The Postlip sculptors were influenced by, and perhaps related to, the ‘Dymock School of Sculpture’. Fish scale ornament was applied to the bases of the chancel arch at Dymock church, Gloucestershire, possibly as early as c. 1090, and to the tympanum at Hampton Bishop church, Herefordshire, in the early 12thc (Gethyn-Jones (1979), 24-31, 66-71, plates 11c and 55b). The chip-carved saltire cross is a ubiquitous feature of churches attributed to the school. Within the southern Welsh Marches, this motif was probably first used at Chepstow Castle c. 1070 and became especially popular in Herefordshire and Gloucestershire from the end of the 11thc (Gethyn-Jones (1979), 3-4, plate 5b; Baxter). Beading on the early 12th-c tympana at the churches of Kempley and Dymock, Gloucestershire, may have inspired the beading and ball ornament present at Postlip. Common characteristics of the chancel arches at Postlip and Kempley are the roll moulding and saltire cross designs applied to the 1st orders of the arches.

The sculptures at Postlip are most closely related to those at Pauntley church, Gloucestershire, another site attributed to the Dymock School. Pauntley church has a S nave doorway of two orders that is almost identical in construction to the corresponding doorway at Postlip. These doorways share a common idiosyncratic feature; the tympanum and lower voussoirs of the 1st order are carved from the same stone (also cf. the S doorway at Preston church near Dymock). The tympanum at Pauntley is similarly carved with fish scale and saltire crosses, although the scales are more uniform and the saltire crosses more complex than those at Postlip. Even the labels of the doorways share the same profile, the main difference being that the inner chamfer of the label at Pauntley is decorated with roll billet rather than balls. However, this same roll billet ornament does appear on the label of the Postlip chancel arch. The beading around the outer edge of the Pauntley tympanum is comparable to the beading on the NW base of the Postlip chancel arch. An almost identical saltire cross and roll moulding design appears on the chancel arches of both churches (arch of the 1st order, W face). It can be deduced that the same craftsmen worked at Postlip and Pauntley, and this can be attributed to the fact that William de Solers was lord of both manors and likely patron of both churches (Jurica (2010), 287, 298). There is no documentary record of Pauntley church until the later 12thc so it is unclear whether the decorative work pre- or post-dates that at Postlip.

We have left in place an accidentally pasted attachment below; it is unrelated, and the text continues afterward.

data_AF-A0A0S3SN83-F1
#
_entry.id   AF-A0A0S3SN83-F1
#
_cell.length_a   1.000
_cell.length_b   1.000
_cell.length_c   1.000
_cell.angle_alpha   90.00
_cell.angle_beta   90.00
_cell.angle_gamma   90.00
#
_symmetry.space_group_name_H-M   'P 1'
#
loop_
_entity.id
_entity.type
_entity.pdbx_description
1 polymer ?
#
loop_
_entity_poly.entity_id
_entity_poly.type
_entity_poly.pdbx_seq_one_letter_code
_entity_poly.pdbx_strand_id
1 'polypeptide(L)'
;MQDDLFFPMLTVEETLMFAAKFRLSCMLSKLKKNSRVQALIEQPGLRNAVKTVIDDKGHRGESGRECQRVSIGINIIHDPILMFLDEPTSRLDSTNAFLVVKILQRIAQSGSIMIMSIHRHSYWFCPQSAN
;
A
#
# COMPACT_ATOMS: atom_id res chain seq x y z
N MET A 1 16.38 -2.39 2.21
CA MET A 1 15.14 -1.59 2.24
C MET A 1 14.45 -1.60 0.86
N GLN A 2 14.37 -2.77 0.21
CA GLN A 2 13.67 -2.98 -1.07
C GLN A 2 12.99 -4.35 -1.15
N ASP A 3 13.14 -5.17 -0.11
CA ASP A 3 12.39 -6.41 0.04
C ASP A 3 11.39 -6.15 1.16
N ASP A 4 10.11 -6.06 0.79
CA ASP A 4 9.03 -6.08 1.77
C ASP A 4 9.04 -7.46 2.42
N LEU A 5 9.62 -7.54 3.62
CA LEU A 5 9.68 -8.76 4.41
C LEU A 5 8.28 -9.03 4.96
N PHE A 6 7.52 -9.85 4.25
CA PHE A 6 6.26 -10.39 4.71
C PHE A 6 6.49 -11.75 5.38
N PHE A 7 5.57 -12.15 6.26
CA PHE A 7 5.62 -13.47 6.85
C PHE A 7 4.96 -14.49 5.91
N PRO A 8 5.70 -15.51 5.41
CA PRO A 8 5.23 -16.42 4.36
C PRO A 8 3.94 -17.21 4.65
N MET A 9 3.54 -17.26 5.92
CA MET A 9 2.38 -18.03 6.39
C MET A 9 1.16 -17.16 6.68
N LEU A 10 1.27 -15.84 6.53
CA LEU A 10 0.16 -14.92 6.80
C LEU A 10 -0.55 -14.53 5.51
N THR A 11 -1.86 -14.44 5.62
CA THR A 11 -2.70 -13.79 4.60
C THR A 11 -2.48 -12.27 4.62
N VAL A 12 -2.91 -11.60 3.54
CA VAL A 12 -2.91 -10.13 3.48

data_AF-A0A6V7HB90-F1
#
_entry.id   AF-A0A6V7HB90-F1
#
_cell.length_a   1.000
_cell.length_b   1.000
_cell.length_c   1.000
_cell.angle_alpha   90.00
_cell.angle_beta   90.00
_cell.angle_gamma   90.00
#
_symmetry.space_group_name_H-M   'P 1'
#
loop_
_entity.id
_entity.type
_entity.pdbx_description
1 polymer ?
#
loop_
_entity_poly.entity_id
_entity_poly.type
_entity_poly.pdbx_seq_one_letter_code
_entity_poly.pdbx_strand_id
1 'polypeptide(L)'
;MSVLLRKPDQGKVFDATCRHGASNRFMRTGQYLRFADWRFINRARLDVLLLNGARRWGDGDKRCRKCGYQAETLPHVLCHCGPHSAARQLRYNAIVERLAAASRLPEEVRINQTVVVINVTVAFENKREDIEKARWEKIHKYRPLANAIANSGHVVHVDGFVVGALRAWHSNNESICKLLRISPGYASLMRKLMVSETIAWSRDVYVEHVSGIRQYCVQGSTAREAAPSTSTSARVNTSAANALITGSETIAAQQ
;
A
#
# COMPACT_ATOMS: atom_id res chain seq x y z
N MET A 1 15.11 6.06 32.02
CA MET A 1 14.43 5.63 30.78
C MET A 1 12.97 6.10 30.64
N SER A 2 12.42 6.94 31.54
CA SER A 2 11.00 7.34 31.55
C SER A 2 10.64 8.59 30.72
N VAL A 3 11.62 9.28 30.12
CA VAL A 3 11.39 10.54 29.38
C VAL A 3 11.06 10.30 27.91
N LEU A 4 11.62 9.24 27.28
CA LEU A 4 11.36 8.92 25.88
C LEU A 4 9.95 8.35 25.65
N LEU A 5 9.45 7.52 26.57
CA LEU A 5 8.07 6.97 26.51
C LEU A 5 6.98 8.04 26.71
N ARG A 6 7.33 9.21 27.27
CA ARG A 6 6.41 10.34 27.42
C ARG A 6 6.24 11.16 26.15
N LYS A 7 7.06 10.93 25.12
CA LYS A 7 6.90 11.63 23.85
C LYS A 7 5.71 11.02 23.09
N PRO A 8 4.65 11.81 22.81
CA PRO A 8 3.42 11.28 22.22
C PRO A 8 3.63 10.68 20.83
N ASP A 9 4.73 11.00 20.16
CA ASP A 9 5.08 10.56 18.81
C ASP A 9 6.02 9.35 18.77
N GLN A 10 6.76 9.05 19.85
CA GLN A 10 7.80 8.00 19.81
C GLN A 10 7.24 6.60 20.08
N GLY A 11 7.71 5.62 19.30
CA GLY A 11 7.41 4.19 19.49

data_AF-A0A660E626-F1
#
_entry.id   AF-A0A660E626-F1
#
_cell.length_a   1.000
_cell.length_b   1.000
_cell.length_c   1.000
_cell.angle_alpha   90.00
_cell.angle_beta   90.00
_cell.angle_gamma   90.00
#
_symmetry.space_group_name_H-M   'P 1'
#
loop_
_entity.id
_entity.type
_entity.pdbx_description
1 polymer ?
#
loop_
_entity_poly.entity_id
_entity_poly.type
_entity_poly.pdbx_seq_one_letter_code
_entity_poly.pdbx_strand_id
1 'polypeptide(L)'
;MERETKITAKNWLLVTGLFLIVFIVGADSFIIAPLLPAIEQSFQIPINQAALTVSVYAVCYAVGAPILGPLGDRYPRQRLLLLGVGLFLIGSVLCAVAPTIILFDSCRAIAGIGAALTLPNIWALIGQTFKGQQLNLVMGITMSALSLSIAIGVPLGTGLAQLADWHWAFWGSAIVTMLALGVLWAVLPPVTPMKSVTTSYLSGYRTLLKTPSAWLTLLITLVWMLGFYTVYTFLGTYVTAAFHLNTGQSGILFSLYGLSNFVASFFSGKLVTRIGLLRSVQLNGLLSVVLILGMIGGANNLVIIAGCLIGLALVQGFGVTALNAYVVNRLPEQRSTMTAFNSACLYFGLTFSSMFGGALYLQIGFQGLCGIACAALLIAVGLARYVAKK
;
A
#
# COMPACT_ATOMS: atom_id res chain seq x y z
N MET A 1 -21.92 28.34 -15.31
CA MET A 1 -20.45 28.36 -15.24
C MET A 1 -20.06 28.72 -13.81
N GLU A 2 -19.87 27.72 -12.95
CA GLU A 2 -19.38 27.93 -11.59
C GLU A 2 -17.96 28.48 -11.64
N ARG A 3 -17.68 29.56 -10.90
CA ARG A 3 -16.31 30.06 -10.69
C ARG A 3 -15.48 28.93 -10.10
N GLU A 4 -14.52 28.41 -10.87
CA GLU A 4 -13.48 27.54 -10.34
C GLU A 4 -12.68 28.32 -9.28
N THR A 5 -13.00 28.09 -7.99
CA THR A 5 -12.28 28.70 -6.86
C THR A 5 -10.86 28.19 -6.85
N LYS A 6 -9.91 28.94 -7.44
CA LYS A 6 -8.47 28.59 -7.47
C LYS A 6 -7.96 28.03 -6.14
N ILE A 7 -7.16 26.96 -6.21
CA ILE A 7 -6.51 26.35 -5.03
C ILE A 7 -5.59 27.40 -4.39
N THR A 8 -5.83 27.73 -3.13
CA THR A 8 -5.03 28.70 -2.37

Thurlby (2013), 71, has compared the Postlip S doorway to the corresponding doorways at the churches of Kilpeck, Herefordshire, and Alstone, Gloucestershire, arguing that all three churches were influenced by St Peter’s Abbey, Gloucester. Shared features include saltire crosses on the abaci and arches ornamented with frontal chevron. Motifs found at Postlip and in the nave of St Peter’s Abbey (now Gloucester Cathedral) include frontal chevron, scallop capitals, roll billet and ball ornamentation.

Documentary evidence